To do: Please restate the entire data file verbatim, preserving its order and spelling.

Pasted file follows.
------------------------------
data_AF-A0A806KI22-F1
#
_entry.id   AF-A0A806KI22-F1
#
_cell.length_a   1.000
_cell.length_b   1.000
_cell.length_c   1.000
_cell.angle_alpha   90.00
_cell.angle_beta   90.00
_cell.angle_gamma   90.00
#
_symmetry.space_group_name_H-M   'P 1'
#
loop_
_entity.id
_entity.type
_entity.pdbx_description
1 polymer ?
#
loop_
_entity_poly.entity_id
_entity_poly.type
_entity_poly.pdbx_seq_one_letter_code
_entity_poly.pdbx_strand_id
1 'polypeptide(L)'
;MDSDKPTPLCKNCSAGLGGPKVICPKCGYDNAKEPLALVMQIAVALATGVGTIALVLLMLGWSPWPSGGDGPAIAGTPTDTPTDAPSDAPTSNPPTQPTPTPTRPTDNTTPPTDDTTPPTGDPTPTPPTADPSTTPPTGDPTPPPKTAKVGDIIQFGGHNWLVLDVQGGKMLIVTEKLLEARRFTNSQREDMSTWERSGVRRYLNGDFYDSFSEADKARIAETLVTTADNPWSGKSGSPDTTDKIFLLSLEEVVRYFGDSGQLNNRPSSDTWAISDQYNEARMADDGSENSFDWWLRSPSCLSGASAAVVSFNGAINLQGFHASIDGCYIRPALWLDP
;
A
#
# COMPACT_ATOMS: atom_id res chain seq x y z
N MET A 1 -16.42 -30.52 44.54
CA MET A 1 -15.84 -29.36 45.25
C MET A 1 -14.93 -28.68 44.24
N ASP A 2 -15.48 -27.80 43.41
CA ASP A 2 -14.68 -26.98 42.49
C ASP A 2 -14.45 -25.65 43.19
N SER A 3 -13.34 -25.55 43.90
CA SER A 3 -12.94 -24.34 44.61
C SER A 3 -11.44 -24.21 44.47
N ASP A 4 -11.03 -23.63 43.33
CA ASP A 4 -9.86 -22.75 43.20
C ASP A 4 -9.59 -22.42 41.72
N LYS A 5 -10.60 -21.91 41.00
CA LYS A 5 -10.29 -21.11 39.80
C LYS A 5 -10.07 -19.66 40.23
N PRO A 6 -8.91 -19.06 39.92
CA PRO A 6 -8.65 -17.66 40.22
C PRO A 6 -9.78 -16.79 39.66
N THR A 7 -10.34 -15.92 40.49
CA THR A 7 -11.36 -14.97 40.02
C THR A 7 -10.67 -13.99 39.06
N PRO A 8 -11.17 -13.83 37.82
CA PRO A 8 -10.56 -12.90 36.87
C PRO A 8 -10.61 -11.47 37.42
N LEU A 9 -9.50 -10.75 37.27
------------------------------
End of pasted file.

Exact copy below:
data_AF-A0A806KI22-F1
#
_entry.id   AF-A0A806KI22-F1
#
_cell.length_a   1.000
_cell.length_b   1.000
_cell.length_c   1.000
_cell.angle_alpha   90.00
_cell.angle_beta   90.00
_cell.angle_gamma   90.00
#
_symmetry.space_group_name_H-M   'P 1'
#
loop_
_entity.id
_entity.type
_entity.pdbx_description
1 polymer ?
#
loop_
_entity_poly.entity_id
_entity_poly.type
_entity_poly.pdbx_seq_one_letter_code
_entity_poly.pdbx_strand_id
1 'polypeptide(L)'
;MDSDKPTPLCKNCSAGLGGPKVICPKCGYDNAKEPLALVMQIAVALATGVGTIALVLLMLGWSPWPSGGDGPAIAGTPTDTPTDAPSDAPTSNPPTQPTPTPTRPTDNTTPPTDDTTPPTGDPTPTPPTADPSTTPPTGDPTPPPKTAKVGDIIQFGGHNWLVLDVQGGKMLIVTEKLLEARRFTNSQREDMSTWERSGVRRYLNGDFYDSFSEADKARIAETLVTTADNPWSGKSGSPDTTDKIFLLSLEEVVRYFGDSGQLNNRPSSDTWAISDQYNEARMADDGSENSFDWWLRSPSCLSGASAAVVSFNGAINLQGFHASIDGCYIRPALWLDP
;
A
#
# COMPACT_ATOMS: atom_id res chain seq x y z
N MET A 1 -16.42 -30.52 44.54
CA MET A 1 -15.84 -29.36 45.25
C MET A 1 -14.93 -28.68 44.24
N ASP A 2 -15.48 -27.80 43.41
CA ASP A 2 -14.68 -26.98 42.49
C ASP A 2 -14.45 -25.65 43.19
N SER A 3 -13.34 -25.55 43.90
CA SER A 3 -12.94 -24.34 44.61
C SER A 3 -11.44 -24.21 44.47
N ASP A 4 -11.03 -23.63 43.33
CA ASP A 4 -9.86 -22.75 43.20
C ASP A 4 -9.59 -22.42 41.72
N LYS A 5 -10.60 -21.91 41.00
CA LYS A 5 -10.29 -21.11 39.80
C LYS A 5 -10.07 -19.66 40.23
N PRO A 6 -8.91 -19.06 39.92
CA PRO A 6 -8.65 -17.66 40.22
C PRO A 6 -9.78 -16.79 39.66
N THR A 7 -10.34 -15.92 40.49
CA THR A 7 -11.36 -14.97 40.02
C THR A 7 -10.67 -13.99 39.06
N PRO A 8 -11.17 -13.83 37.82
CA PRO A 8 -10.56 -12.90 36.87
C PRO A 8 -10.61 -11.47 37.42
N LEU A 9 -9.50 -10.75 37.27